• Collect feedback – The good old-fashioned way, ask for user feedback via the website, newsletters etc.

Navigation and Structure – Consistency with your site navigation and structure is vitally important, one of the key dimensions to usability is an intuitive and easy to use navigation.  Vital information should be readily accessible, not hidden in the depths of your website only accessible through a maze of confusing links.  Techniques that have been used to improve navigation include:

  • Links should always look the same and be made obvious
  • Make use of Breadcrumbs
  • Limit the number of navigation levels (this is backed up by a study of 100,000 websites by Moz)
  • Location indicators allowing users to know immediately where they are on the site
  • Don’t use confusing categories or headings
  • Provide other options such as search functionality

Interaction – By creating a website that people can interact with, this does not just improve the website UX, it also creates an environment where people are more likely to use your products or services.  This will also create a positive impression, as site visitors are more likely to gain from using your website.  The interaction process could be downloading a document, asking a question, sharing on social media or adding a comment.

Ease of Use – Creating an easy to use, logical website will benefit the overall UX and help convert your visitors into customers.

Understand user Persona – By understanding the persona of your typical website visitor, you can try and build the around this to improve the UX.  This can be achieved by understanding the characteristics of your typical visitor such as their motivations, needs, beliefs, wants, values etc.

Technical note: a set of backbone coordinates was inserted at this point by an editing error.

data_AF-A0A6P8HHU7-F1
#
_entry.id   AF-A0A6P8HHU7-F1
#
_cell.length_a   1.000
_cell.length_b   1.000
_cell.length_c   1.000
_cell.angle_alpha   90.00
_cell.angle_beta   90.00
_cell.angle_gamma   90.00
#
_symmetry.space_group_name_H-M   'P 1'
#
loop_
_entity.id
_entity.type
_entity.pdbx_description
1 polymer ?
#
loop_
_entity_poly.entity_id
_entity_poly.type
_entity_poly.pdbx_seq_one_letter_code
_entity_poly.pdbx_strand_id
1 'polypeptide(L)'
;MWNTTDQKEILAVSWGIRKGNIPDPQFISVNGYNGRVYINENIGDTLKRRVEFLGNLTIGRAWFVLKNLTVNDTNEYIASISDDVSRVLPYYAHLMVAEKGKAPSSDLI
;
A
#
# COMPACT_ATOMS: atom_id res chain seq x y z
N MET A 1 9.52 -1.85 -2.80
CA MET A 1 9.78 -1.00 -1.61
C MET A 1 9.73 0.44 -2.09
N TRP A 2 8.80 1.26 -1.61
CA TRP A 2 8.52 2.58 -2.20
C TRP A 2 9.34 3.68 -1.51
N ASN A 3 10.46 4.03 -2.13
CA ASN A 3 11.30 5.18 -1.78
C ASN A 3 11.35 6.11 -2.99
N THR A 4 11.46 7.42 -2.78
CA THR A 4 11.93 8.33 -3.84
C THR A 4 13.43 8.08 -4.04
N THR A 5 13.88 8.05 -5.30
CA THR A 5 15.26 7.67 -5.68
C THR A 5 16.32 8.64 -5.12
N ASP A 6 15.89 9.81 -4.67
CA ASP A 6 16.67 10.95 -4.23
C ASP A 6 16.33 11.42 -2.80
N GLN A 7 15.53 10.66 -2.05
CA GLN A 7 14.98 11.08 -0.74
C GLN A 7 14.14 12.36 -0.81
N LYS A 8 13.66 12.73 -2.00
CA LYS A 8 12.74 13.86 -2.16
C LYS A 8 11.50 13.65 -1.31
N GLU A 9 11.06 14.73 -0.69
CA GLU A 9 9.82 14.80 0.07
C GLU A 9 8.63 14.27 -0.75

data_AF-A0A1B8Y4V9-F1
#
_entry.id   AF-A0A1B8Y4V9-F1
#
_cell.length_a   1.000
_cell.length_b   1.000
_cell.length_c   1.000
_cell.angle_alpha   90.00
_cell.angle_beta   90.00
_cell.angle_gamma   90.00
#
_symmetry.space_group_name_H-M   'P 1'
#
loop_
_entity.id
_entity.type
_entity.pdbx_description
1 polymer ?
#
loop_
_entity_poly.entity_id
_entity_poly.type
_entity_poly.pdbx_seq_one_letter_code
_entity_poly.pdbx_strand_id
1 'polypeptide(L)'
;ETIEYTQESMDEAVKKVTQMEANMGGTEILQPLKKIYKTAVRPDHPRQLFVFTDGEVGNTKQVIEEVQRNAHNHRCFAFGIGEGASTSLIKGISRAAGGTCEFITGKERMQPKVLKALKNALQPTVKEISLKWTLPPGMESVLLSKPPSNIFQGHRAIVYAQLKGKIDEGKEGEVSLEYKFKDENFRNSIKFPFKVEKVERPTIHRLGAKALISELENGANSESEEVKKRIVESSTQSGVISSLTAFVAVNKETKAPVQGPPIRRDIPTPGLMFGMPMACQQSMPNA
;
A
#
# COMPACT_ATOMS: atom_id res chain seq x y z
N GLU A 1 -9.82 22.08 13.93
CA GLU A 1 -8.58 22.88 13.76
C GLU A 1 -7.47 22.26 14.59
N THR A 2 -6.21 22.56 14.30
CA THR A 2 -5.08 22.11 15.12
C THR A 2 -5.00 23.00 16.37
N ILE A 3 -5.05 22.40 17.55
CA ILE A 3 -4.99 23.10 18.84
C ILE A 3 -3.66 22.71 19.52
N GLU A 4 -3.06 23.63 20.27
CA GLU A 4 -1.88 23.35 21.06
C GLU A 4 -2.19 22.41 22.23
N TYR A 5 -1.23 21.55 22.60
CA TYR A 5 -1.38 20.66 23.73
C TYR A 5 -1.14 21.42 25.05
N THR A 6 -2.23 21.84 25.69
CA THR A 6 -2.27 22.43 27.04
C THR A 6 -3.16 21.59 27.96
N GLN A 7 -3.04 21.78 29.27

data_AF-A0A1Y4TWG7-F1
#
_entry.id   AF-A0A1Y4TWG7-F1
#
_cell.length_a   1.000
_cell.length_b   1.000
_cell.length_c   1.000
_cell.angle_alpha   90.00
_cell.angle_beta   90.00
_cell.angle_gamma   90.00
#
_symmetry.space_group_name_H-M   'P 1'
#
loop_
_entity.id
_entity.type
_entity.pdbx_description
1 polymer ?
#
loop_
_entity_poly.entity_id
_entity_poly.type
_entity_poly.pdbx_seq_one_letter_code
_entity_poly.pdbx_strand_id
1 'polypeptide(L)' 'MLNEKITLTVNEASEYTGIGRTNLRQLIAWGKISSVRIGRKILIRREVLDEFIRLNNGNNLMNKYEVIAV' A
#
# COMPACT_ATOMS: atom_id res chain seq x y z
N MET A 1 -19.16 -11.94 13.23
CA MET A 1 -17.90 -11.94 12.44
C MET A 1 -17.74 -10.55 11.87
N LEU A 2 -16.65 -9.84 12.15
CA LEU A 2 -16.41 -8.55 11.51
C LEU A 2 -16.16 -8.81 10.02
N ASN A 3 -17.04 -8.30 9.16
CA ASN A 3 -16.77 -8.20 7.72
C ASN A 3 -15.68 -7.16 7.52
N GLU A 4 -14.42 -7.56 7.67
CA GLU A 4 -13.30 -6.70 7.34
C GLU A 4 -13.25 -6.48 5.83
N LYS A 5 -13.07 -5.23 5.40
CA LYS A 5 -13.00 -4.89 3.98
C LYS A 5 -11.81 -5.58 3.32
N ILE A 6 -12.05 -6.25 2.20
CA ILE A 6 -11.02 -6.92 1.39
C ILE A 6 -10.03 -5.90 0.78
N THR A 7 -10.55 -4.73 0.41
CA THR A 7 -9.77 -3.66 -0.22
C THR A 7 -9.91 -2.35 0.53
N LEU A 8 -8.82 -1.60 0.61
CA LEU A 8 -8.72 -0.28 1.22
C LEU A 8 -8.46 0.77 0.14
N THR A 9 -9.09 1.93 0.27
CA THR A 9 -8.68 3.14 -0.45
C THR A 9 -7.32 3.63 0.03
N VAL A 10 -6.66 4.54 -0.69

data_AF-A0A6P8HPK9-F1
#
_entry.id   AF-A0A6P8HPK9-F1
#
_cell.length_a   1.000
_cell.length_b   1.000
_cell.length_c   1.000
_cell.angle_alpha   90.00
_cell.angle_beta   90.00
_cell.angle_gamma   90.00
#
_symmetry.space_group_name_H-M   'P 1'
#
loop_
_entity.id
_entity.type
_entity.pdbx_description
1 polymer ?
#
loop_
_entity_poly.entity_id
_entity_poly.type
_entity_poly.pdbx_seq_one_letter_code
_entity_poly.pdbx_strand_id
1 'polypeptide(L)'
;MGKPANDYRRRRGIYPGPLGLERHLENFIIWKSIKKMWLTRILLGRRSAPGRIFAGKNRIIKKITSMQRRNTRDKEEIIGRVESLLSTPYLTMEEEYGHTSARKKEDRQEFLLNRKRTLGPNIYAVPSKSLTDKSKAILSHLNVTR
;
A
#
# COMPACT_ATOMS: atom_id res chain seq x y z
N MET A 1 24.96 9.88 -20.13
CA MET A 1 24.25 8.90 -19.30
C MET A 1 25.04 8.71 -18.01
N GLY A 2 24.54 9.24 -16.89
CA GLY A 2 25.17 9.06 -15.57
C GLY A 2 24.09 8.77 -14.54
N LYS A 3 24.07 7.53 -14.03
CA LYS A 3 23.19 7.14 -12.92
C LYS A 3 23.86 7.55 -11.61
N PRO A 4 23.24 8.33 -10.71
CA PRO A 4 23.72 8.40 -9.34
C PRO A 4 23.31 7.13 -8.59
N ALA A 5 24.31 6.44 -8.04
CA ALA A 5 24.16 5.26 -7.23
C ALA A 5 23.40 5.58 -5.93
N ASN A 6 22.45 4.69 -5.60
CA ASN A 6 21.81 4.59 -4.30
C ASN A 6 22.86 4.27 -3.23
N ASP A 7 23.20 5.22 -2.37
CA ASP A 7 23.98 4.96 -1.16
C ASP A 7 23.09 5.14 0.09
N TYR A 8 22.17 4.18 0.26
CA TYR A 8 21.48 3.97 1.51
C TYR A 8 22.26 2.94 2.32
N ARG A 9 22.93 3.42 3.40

Accessibility – By creating an accessible website you are automatically improving the user experience. W3 (The World Wide Web Consortium) define web accessibility as an essential element that creates a ‘high-quality website’ that works for all its visitors, whether you have a disability or not.

Analytics – By using Google Analytics or a similar package, you can help you find what is and what is not working on your website.  There might be a page where visitors are leaving your site or has a high bounce rate.  This could be due to the UX design, and by having analytics installed it can help you pinpoint these pages.

Observation of Users - By understanding your site visitor, you can build the website to meet their UX needs. If your target market is typically aged 60 years plus, then you may want to consider making the text a little larger, use different colours to aid navigation, simplify forms etc.

The aforementioned techniques pretty much sum up what any top UX design agency should be implementing to improve the overall user experience.

If you would like to talk more about your website UX with a top London agency or have any questions please call Michael on 020 8948 5808 or complete our contact form.  For examples of websites, you can visit our showcase.